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The financial impact of this weekend's inaugural Big Ten conference basketball tournament, which begins today at the United Center, was examined by Greg Couch of the CHICAGO SUN-TIMES. Big Ten Commissioner Jim Delany: "We generally expect between a quarter-million and a half-million dollars net per institution (in profits from the tournament). And we'll probably be in the high end of that range." The Big Ten "would not break down the figures, but an official from another major conference said its main sponsor puts up $500,000 a year." Kemper Funds is the Big Ten tournament's primary sponsor; United Airlines and Gatorade are secondary sponsors. Ticket sales alone from the tournament, "which is all but sold out," will bring in $4M, or $363,000 for each of its 11 schools. And Delany's numbers "don't include the boost in product the Big Ten can sell to TV networks as part of a season package, or the bump in revenues to each school from the additional exposure" (CHICAGO SUN-TIMES, 3/4).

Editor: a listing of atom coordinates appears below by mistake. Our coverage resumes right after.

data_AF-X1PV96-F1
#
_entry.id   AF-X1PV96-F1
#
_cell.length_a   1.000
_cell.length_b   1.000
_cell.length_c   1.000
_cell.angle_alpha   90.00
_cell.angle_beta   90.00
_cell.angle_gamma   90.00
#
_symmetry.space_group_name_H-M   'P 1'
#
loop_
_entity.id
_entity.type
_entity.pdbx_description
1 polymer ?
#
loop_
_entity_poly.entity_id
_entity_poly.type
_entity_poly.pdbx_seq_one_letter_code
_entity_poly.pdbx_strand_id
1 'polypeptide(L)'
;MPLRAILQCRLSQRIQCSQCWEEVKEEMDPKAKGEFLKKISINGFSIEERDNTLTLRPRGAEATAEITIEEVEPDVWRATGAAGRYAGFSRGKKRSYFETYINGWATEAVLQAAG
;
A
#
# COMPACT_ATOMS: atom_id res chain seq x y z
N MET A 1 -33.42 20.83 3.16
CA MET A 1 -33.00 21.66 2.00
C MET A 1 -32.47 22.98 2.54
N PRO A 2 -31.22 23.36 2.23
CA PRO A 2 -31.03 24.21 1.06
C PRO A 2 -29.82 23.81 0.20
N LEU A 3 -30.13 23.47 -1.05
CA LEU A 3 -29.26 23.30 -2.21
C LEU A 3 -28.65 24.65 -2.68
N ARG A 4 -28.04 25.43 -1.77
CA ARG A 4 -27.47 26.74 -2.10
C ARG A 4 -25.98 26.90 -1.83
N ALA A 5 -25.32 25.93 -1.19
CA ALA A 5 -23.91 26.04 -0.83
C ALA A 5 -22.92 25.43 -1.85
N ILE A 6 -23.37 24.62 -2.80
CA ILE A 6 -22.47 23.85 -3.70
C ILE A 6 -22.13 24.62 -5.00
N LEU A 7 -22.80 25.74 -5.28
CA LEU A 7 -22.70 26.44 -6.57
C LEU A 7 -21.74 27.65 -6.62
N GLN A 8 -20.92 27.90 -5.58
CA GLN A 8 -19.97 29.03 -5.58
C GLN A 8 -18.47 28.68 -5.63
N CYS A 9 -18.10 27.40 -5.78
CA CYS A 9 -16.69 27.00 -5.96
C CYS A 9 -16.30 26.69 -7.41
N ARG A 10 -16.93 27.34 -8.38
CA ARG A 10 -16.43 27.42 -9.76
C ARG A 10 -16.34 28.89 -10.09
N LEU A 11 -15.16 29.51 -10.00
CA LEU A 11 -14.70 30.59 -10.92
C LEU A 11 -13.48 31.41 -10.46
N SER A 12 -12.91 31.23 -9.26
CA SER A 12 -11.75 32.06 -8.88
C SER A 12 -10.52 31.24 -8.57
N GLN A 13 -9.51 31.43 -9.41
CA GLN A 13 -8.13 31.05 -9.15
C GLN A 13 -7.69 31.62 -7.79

The Celebrity Golf Association (CGA), which has staged tournaments in Orlando in each of the past four years, "will not be stopping by for a fifth," according to Jeff Babineau of the ORLANDO SENTINEL. CGA Commissioner Jim Karvellas: "[W]e lost considerable monies in Orlando. ... I don't like leaving there, but it got to the point where, because of certain circumstances, we had to move on." Babineau notes crowds were "sparse" and local sponsors "were slow stepping forward." The CGA "usually" conducts 6-8 events a year, but "has pulled back its reins, hoping to catch its breath and refocus on the road ahead." Karvellas said he hopes to land Michael Jordan, Mario Lemieux and John Elway -- "all of whom have played on the CGA" -- for a Ryder Cup-style tournament on network TV in the summer of '99 (ORLANDO SENTINEL, 3/4).